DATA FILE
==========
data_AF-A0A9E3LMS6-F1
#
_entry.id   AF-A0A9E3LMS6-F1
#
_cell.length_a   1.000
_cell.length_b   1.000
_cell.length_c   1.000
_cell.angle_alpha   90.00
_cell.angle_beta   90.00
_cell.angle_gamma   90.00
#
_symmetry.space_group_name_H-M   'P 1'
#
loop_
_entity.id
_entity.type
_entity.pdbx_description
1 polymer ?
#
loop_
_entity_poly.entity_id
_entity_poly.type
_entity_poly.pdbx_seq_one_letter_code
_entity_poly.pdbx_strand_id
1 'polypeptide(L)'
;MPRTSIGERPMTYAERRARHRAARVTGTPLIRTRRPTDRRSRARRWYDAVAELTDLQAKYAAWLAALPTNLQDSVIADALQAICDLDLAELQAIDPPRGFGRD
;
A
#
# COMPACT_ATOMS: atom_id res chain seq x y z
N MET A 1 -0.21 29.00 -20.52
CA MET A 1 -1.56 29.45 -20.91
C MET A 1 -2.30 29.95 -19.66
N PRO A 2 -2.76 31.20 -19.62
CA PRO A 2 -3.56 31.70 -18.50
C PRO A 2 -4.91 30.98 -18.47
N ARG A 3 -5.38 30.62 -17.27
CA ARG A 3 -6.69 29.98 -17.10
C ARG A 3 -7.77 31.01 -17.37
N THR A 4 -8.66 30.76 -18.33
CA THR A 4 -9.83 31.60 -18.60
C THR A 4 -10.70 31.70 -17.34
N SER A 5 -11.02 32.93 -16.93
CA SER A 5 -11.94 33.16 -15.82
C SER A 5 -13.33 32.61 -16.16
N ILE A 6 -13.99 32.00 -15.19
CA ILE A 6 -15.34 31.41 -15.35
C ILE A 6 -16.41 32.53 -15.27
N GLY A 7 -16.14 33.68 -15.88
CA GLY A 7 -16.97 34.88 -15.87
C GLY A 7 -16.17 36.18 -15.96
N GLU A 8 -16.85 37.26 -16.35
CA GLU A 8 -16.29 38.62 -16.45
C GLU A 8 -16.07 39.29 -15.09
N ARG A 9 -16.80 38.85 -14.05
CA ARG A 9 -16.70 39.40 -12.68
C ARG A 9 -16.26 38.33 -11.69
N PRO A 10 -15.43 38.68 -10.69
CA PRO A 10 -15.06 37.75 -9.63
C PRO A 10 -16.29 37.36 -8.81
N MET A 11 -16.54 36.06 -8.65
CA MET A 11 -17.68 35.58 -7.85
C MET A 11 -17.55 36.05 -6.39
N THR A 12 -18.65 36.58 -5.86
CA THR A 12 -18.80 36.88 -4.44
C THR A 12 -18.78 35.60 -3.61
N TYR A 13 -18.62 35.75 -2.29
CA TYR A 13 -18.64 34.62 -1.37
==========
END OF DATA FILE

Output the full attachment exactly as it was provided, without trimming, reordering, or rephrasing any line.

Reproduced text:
data_AF-A0A9E3LMS6-F1
#
_entry.id   AF-A0A9E3LMS6-F1
#
_cell.length_a   1.000
_cell.length_b   1.000
_cell.length_c   1.000
_cell.angle_alpha   90.00
_cell.angle_beta   90.00
_cell.angle_gamma   90.00
#
_symmetry.space_group_name_H-M   'P 1'
#
loop_
_entity.id
_entity.type
_entity.pdbx_description
1 polymer ?
#
loop_
_entity_poly.entity_id
_entity_poly.type
_entity_poly.pdbx_seq_one_letter_code
_entity_poly.pdbx_strand_id
1 'polypeptide(L)'
;MPRTSIGERPMTYAERRARHRAARVTGTPLIRTRRPTDRRSRARRWYDAVAELTDLQAKYAAWLAALPTNLQDSVIADALQAICDLDLAELQAIDPPRGFGRD
;
A
#
# COMPACT_ATOMS: atom_id res chain seq x y z
N MET A 1 -0.21 29.00 -20.52
CA MET A 1 -1.56 29.45 -20.91
C MET A 1 -2.30 29.95 -19.66
N PRO A 2 -2.76 31.20 -19.62
CA PRO A 2 -3.56 31.70 -18.50
C PRO A 2 -4.91 30.98 -18.47
N ARG A 3 -5.38 30.62 -17.27
CA ARG A 3 -6.69 29.98 -17.10
C ARG A 3 -7.77 31.01 -17.37
N THR A 4 -8.66 30.76 -18.33
CA THR A 4 -9.83 31.60 -18.60
C THR A 4 -10.70 31.70 -17.34
N SER A 5 -11.02 32.93 -16.93
CA SER A 5 -11.94 33.16 -15.82
C SER A 5 -13.33 32.61 -16.16
N ILE A 6 -13.99 32.00 -15.19
CA ILE A 6 -15.34 31.41 -15.35
C ILE A 6 -16.41 32.53 -15.27
N GLY A 7 -16.14 33.68 -15.88
CA GLY A 7 -16.97 34.88 -15.87
C GLY A 7 -16.17 36.18 -15.96
N GLU A 8 -16.85 37.26 -16.35
CA GLU A 8 -16.29 38.62 -16.45
C GLU A 8 -16.07 39.29 -15.09
N ARG A 9 -16.80 38.85 -14.05
CA ARG A 9 -16.70 39.40 -12.68
C ARG A 9 -16.26 38.33 -11.69
N PRO A 10 -15.43 38.68 -10.69
CA PRO A 10 -15.06 37.75 -9.63
C PRO A 10 -16.29 37.36 -8.81
N MET A 11 -16.54 36.06 -8.65
CA MET A 11 -17.68 35.58 -7.85
C MET A 11 -17.55 36.05 -6.39
N THR A 12 -18.65 36.58 -5.86
CA THR A 12 -18.80 36.88 -4.44
C THR A 12 -18.78 35.60 -3.61
N TYR A 13 -18.62 35.75 -2.29
CA TYR A 13 -18.64 34.62 -1.37